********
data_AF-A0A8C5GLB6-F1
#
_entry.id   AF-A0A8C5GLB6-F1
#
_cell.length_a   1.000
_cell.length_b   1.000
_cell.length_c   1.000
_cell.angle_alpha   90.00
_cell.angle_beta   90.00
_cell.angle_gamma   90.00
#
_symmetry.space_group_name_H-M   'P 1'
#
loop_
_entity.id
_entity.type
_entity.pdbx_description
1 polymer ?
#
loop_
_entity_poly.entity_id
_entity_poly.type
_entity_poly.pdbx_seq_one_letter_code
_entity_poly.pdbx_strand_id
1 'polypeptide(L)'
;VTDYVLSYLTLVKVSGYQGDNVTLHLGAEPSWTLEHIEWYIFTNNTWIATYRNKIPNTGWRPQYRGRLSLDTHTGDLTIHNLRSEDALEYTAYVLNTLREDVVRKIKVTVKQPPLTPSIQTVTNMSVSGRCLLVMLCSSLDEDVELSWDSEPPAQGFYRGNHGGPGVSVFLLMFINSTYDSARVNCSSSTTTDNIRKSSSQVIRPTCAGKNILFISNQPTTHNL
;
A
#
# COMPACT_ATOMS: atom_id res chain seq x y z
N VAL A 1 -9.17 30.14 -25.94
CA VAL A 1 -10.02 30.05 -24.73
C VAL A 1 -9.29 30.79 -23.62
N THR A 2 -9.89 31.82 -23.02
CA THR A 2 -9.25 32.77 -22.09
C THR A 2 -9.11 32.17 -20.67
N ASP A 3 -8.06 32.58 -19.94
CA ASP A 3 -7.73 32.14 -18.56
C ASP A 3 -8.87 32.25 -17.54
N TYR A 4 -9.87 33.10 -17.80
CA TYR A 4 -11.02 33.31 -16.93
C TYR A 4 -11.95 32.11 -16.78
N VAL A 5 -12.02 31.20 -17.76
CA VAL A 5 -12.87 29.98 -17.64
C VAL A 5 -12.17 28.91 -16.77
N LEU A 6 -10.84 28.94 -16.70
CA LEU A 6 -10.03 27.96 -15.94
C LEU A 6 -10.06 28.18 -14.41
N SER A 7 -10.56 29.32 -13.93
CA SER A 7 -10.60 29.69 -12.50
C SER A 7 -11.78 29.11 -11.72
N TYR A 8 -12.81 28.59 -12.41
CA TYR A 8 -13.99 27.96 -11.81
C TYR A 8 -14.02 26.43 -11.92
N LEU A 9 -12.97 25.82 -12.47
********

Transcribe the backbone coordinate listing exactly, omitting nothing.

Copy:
data_AF-A0A8C5GLB6-F1
#
_entry.id   AF-A0A8C5GLB6-F1
#
_cell.length_a   1.000
_cell.length_b   1.000
_cell.length_c   1.000
_cell.angle_alpha   90.00
_cell.angle_beta   90.00
_cell.angle_gamma   90.00
#
_symmetry.space_group_name_H-M   'P 1'
#
loop_
_entity.id
_entity.type
_entity.pdbx_description
1 polymer ?
#
loop_
_entity_poly.entity_id
_entity_poly.type
_entity_poly.pdbx_seq_one_letter_code
_entity_poly.pdbx_strand_id
1 'polypeptide(L)'
;VTDYVLSYLTLVKVSGYQGDNVTLHLGAEPSWTLEHIEWYIFTNNTWIATYRNKIPNTGWRPQYRGRLSLDTHTGDLTIHNLRSEDALEYTAYVLNTLREDVVRKIKVTVKQPPLTPSIQTVTNMSVSGRCLLVMLCSSLDEDVELSWDSEPPAQGFYRGNHGGPGVSVFLLMFINSTYDSARVNCSSSTTTDNIRKSSSQVIRPTCAGKNILFISNQPTTHNL
;
A
#
# COMPACT_ATOMS: atom_id res chain seq x y z
N VAL A 1 -9.17 30.14 -25.94
CA VAL A 1 -10.02 30.05 -24.73
C VAL A 1 -9.29 30.79 -23.62
N THR A 2 -9.89 31.82 -23.02
CA THR A 2 -9.25 32.77 -22.09
C THR A 2 -9.11 32.17 -20.67
N ASP A 3 -8.06 32.58 -19.94
CA ASP A 3 -7.73 32.14 -18.56
C ASP A 3 -8.87 32.25 -17.54
N TYR A 4 -9.87 33.10 -17.80
CA TYR A 4 -11.02 33.31 -16.93
C TYR A 4 -11.95 32.11 -16.78
N VAL A 5 -12.02 31.20 -17.76
CA VAL A 5 -12.87 29.98 -17.64
C VAL A 5 -12.17 28.91 -16.77
N LEU A 6 -10.84 28.94 -16.70
CA LEU A 6 -10.03 27.96 -15.94
C LEU A 6 -10.06 28.18 -14.41
N SER A 7 -10.56 29.32 -13.93
CA SER A 7 -10.60 29.69 -12.50
C SER A 7 -11.78 29.11 -11.72
N TYR A 8 -12.81 28.59 -12.41
CA TYR A 8 -13.99 27.96 -11.81
C TYR A 8 -14.02 26.43 -11.92
N LEU A 9 -12.97 25.82 -12.47